I personally don’t really see the big deal about VSL. Even in general relativity, since one is dealing with Lorentzian manifolds, it seems pretty clear to me that the speed of light should vary from point to point depending on variations in the metric. (I think I agree with Matti here.)

It is only in flat (3,1) space ie Minkowski space, in the complete absence of matter, that the speed of light should be constant (or in places where the stress energy tensor is close to negligible, like the solar system in which we live). Or am I being just hopelessly naive?

]]>* The wording of Ellis’s points betrays some further prejudices about the mathematics being used in VSL investigations. For example, the whole set of physical equations is far too restrictive a notion for a category theorist. Causality takes us beyond the realm of mere set theory, as we have seen.*

I almost agree. If one however takes light-like 3-surfaces as fundamental objects, one obtains almost topological QFT and S-matrix as timelike entanglement coefficients defining a functor from the category of Feynman cobordisms (see my blog) to the category of operators between Hilbert spaces of positive and negative energy Hilbert spaces. Lightlikeness brings in the notion of length measurement and makes the theory physically interesting.

S-matrix need not be unitary and

unless one has HFF of type II_11 one obtains by functor property S-matrix which is thermal S-matrix. Center of mass degrees of freedom bring unavoidably in factor of type I so that one cannot avoid thermodynamics for normalizable zero energy states.

This is very nice result since thermodynamics becomes part of quantum theory rather than being a mere practical fiction of theorist. Already the possibility to assign temperature to blackholes and p-adic mass calculations suggest this possibility as also the findings about states for hyper-finite factors of type III.

S-matrices and quantum states are parametrized by complex number whose real part has interpretation as duration of experiment and imaginary part as inverse temperature. By the functor property S-matrices and thus also quantum states allow product decomposition analogous to group multiplication.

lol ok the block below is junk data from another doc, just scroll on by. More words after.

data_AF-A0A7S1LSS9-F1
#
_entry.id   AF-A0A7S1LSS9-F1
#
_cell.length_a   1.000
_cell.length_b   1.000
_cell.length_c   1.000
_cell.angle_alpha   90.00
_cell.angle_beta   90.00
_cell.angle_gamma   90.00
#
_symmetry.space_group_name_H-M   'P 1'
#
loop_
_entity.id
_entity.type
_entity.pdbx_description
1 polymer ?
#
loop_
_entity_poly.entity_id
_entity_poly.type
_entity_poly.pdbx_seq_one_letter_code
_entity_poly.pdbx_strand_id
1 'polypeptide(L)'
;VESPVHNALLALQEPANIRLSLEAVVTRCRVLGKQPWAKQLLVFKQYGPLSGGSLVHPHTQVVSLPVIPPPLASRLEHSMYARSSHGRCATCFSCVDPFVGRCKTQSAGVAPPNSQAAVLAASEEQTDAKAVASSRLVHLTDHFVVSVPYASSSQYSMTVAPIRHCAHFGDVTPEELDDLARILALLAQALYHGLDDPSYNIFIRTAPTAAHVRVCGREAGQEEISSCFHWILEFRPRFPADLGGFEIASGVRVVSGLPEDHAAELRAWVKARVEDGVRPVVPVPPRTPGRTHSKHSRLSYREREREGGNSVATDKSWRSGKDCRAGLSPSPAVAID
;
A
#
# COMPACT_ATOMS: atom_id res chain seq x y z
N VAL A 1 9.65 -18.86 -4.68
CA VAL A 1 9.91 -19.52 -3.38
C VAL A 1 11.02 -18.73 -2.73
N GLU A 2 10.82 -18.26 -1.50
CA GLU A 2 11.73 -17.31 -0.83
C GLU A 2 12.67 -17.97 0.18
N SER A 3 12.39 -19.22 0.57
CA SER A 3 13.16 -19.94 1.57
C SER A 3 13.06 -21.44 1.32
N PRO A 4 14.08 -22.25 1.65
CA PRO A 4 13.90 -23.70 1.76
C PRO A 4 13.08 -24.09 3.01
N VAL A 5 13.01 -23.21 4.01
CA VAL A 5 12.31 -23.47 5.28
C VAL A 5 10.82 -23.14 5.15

]]>I mentioned already earlier that

in many-sheeted space-time one indeed obtains different times for the propagation of photons along different space-time sheets from point A to point B because the distance is different in the induced metric for different seets. This picture is consistent with metric view about gravitation.

I agree with Carl about how dangerous it is to put hbar=1;-).

]]>“Important physics has never worked like that. Quite on the contrary. Every new major revolution in physics has shown that a certain conversion parameter was not only constant but it was meaningful to set it equal to one.”

Ah, strong induction, surely an important foundation stone of string theory.

But this sort of reasoning is considered garbage in mathematics.

]]>I wonder how the geometric algebra people over at Cambridge would answer this first point.

As you are aware, I’m convinced that I have a VSL theory where all known particles (and photons) are made up of preons that travel at a fixed speed that is approximately c\sqrt(3) in a typical astronomical reference system (i.e. the sun or earth or milky way).

So I can use the preons to define distance. Difficulties in observing them are an experimental issue, not a theoretical problem.

I agree that the rest of his points have to be addressed. And that’s why I’ve been working fairly hard (for me) on Painleve metric stuff. I’ve got the 4th order R-K numerical differentiation stuff running and it is on the web at GravitySimulation.com

One point that is missing, interestingly, is the question of what happens to the equivalence principle. I’m convinced that there is a maximum possible gravitational (i.e. not cosmological) redshift.

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